When the Wind Blows

Satellite view of huge dust devil on Mars

A huge 800-plus-foot-wide dust devil swirls across the parched plains of Mars in this image from the Mars Reconnaissance Orbiter’s HiRISE camera. Heading westward when the image was taken, it casts a tall diffuse shadow toward the northeast.

Area to scale

This photo is part of a study of the knobby surface texture of the region in the northern part of the planet. Since warm surface temperatures are needed to create dust devils – rotating updrafts of air rising quickly from heated ground – the discovery of such a large one this early in the season was a surprise to researchers. At these latitudes the devils usually form only in late summer.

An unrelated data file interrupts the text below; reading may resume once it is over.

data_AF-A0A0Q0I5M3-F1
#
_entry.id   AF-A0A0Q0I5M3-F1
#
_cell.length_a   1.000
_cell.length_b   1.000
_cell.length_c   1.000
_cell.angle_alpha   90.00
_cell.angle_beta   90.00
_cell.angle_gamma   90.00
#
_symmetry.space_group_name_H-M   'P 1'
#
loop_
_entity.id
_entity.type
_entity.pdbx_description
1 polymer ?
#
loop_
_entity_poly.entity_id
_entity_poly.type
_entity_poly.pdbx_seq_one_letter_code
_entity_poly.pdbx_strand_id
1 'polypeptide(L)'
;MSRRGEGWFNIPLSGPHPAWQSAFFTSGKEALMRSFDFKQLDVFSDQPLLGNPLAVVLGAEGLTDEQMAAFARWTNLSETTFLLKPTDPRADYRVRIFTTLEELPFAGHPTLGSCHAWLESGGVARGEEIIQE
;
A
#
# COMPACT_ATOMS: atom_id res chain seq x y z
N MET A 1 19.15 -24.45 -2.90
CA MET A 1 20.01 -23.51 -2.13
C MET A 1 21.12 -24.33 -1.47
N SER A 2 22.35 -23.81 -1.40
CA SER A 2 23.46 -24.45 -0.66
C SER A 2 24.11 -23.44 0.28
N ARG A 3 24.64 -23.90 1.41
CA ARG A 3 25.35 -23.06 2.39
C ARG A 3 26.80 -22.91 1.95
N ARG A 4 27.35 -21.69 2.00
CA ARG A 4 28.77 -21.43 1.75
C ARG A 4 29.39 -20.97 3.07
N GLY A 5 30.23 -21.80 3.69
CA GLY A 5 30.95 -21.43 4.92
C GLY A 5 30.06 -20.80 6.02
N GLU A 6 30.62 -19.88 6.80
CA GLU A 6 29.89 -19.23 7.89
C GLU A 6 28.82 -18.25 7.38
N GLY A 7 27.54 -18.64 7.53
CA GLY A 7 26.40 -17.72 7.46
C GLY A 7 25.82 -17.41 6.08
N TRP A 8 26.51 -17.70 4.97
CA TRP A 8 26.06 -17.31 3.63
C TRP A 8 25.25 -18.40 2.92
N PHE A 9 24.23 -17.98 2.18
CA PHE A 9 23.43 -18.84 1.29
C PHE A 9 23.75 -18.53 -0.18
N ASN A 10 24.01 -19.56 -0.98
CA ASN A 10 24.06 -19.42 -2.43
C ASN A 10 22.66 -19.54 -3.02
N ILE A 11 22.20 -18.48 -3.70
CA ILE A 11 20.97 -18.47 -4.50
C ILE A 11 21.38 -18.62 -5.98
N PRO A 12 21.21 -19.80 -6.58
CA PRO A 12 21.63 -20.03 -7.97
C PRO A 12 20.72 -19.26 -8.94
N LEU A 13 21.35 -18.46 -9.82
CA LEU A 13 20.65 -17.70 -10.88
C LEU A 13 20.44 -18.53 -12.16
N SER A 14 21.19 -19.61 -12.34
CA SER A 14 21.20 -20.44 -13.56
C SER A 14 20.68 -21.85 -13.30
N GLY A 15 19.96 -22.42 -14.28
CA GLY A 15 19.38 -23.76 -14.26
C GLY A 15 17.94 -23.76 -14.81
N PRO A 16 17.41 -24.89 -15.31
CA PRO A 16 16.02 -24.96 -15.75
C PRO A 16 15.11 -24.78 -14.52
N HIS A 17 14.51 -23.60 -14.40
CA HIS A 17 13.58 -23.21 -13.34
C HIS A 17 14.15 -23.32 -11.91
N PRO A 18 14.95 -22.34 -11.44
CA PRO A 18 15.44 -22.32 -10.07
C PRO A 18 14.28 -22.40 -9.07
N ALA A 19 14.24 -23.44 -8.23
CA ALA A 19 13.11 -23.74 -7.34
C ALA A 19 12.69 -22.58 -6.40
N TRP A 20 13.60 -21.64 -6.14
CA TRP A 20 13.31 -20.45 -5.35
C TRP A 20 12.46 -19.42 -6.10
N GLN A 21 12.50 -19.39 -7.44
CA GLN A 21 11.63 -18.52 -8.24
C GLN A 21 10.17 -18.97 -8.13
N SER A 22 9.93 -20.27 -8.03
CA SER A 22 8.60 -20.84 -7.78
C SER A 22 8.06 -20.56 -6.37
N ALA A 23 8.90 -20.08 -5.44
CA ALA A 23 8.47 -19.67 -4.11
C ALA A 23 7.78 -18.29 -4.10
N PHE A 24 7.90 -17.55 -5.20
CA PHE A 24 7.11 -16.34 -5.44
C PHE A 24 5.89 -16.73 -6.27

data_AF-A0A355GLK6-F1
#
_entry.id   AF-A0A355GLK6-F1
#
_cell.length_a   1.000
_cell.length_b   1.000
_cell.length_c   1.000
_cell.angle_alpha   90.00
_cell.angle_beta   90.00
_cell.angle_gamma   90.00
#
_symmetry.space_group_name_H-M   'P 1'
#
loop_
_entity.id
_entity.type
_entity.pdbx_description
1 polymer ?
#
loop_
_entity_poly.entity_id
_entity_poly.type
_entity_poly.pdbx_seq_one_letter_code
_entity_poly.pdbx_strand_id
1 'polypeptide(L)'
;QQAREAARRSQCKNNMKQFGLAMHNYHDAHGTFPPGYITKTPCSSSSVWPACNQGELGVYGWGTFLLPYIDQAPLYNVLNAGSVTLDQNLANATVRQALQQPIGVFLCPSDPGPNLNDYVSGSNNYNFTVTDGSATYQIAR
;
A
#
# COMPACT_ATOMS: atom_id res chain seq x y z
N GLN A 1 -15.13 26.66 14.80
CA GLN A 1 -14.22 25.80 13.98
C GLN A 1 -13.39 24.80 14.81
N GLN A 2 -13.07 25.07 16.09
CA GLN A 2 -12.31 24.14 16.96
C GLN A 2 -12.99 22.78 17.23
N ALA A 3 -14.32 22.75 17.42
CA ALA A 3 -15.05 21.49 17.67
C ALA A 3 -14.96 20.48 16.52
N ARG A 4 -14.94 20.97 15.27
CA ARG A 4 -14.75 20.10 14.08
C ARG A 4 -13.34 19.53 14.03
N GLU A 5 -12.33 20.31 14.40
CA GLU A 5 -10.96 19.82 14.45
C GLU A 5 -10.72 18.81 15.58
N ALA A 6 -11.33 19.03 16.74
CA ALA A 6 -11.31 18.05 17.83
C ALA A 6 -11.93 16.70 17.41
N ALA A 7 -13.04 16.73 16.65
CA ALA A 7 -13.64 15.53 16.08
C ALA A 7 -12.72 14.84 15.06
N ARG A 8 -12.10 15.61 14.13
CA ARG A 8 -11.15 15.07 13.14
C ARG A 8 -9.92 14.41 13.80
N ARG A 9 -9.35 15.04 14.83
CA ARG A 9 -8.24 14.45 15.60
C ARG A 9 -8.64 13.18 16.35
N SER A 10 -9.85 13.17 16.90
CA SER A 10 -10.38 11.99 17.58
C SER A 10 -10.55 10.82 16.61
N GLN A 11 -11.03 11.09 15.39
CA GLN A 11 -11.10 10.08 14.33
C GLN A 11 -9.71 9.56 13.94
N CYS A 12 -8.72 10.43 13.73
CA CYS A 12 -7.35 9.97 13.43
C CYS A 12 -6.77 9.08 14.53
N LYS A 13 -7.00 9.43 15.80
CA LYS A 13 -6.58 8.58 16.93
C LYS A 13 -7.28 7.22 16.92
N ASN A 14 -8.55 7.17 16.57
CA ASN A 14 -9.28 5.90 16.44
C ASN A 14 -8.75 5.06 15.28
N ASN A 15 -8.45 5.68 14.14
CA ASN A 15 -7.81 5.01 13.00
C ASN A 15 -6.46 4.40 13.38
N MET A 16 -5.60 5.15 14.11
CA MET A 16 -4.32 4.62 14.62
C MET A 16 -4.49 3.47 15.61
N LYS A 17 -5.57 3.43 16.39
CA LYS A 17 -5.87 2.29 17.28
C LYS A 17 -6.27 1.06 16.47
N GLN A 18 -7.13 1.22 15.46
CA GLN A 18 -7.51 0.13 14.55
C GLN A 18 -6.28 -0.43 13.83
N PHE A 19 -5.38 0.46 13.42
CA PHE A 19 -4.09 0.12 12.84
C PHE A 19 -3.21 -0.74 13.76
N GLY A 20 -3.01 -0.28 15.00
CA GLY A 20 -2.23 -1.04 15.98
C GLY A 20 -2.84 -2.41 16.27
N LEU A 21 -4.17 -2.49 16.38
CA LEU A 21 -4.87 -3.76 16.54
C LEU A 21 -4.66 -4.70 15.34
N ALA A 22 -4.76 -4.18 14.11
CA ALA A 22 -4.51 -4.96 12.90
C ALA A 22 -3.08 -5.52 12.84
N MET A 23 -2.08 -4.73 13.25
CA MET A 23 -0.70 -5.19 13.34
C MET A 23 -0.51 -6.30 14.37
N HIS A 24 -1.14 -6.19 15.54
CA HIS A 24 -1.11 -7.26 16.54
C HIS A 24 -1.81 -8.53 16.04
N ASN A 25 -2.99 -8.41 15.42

Read the release on the University of Arizona’s HiRISE site here….and check out images of dust devils from a rover’s perspective here.

Image: NASA/JPL/University of Arizona